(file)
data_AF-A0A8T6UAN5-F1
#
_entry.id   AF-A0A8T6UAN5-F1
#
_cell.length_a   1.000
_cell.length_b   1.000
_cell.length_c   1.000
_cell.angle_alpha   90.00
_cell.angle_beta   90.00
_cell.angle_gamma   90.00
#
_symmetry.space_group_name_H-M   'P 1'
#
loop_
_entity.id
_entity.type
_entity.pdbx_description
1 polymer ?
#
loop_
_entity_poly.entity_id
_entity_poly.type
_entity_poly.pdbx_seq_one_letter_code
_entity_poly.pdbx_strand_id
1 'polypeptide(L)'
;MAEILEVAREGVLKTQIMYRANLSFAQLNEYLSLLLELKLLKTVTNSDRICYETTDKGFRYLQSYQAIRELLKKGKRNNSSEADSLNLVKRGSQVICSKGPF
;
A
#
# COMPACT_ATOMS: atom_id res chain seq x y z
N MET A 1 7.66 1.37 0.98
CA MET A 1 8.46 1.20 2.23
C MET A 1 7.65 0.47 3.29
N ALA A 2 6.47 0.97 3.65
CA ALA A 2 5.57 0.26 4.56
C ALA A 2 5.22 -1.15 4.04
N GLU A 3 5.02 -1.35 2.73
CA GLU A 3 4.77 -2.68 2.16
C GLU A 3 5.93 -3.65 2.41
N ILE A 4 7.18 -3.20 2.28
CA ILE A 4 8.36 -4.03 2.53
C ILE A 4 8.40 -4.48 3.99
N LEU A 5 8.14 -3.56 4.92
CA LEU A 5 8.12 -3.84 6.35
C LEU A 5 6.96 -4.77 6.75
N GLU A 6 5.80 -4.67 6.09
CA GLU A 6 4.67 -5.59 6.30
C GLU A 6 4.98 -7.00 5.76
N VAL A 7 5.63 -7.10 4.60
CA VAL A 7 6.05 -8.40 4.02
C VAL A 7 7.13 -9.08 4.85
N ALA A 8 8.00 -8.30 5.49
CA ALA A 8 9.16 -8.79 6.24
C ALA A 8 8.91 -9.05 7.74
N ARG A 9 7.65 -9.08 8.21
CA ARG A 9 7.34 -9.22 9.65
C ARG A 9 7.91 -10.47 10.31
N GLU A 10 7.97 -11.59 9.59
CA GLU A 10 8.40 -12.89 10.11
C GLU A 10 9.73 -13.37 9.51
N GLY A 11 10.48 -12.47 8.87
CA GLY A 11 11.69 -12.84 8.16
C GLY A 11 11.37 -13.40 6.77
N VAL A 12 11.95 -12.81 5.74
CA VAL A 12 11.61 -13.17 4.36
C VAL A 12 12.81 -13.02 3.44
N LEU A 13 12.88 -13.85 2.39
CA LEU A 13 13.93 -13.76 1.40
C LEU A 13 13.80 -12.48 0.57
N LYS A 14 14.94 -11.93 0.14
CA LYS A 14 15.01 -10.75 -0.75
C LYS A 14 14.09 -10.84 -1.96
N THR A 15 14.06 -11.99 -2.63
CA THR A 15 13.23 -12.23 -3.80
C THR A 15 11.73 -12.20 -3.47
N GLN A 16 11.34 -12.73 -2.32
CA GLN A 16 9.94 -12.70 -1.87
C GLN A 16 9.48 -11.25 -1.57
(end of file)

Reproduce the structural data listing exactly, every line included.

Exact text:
data_AF-A0A8T6UAN5-F1
#
_entry.id   AF-A0A8T6UAN5-F1
#
_cell.length_a   1.000
_cell.length_b   1.000
_cell.length_c   1.000
_cell.angle_alpha   90.00
_cell.angle_beta   90.00
_cell.angle_gamma   90.00
#
_symmetry.space_group_name_H-M   'P 1'
#
loop_
_entity.id
_entity.type
_entity.pdbx_description
1 polymer ?
#
loop_
_entity_poly.entity_id
_entity_poly.type
_entity_poly.pdbx_seq_one_letter_code
_entity_poly.pdbx_strand_id
1 'polypeptide(L)'
;MAEILEVAREGVLKTQIMYRANLSFAQLNEYLSLLLELKLLKTVTNSDRICYETTDKGFRYLQSYQAIRELLKKGKRNNSSEADSLNLVKRGSQVICSKGPF
;
A
#
# COMPACT_ATOMS: atom_id res chain seq x y z
N MET A 1 7.66 1.37 0.98
CA MET A 1 8.46 1.20 2.23
C MET A 1 7.65 0.47 3.29
N ALA A 2 6.47 0.97 3.65
CA ALA A 2 5.57 0.26 4.56
C ALA A 2 5.22 -1.15 4.04
N GLU A 3 5.02 -1.35 2.73
CA GLU A 3 4.77 -2.68 2.16
C GLU A 3 5.93 -3.65 2.41
N ILE A 4 7.18 -3.20 2.28
CA ILE A 4 8.36 -4.03 2.53
C ILE A 4 8.40 -4.48 3.99
N LEU A 5 8.14 -3.56 4.92
CA LEU A 5 8.12 -3.84 6.35
C LEU A 5 6.96 -4.77 6.75
N GLU A 6 5.80 -4.67 6.09
CA GLU A 6 4.67 -5.59 6.30
C GLU A 6 4.98 -7.00 5.76
N VAL A 7 5.63 -7.10 4.60
CA VAL A 7 6.05 -8.40 4.02
C VAL A 7 7.13 -9.08 4.85
N ALA A 8 8.00 -8.30 5.49
CA ALA A 8 9.16 -8.79 6.24
C ALA A 8 8.91 -9.05 7.74
N ARG A 9 7.65 -9.08 8.21
CA ARG A 9 7.34 -9.22 9.65
C ARG A 9 7.91 -10.47 10.31
N GLU A 10 7.97 -11.59 9.59
CA GLU A 10 8.40 -12.89 10.11
C GLU A 10 9.73 -13.37 9.51
N GLY A 11 10.48 -12.47 8.87
CA GLY A 11 11.69 -12.84 8.16
C GLY A 11 11.37 -13.40 6.77
N VAL A 12 11.95 -12.81 5.74
CA VAL A 12 11.61 -13.17 4.36
C VAL A 12 12.81 -13.02 3.44
N LEU A 13 12.88 -13.85 2.39
CA LEU A 13 13.93 -13.76 1.40
C LEU A 13 13.80 -12.48 0.57
N LYS A 14 14.94 -11.93 0.14
CA LYS A 14 15.01 -10.75 -0.75
C LYS A 14 14.09 -10.84 -1.96
N THR A 15 14.06 -11.99 -2.63
CA THR A 15 13.23 -12.23 -3.80
C THR A 15 11.73 -12.20 -3.47
N GLN A 16 11.34 -12.73 -2.32
CA GLN A 16 9.94 -12.70 -1.87
C GLN A 16 9.48 -11.25 -1.57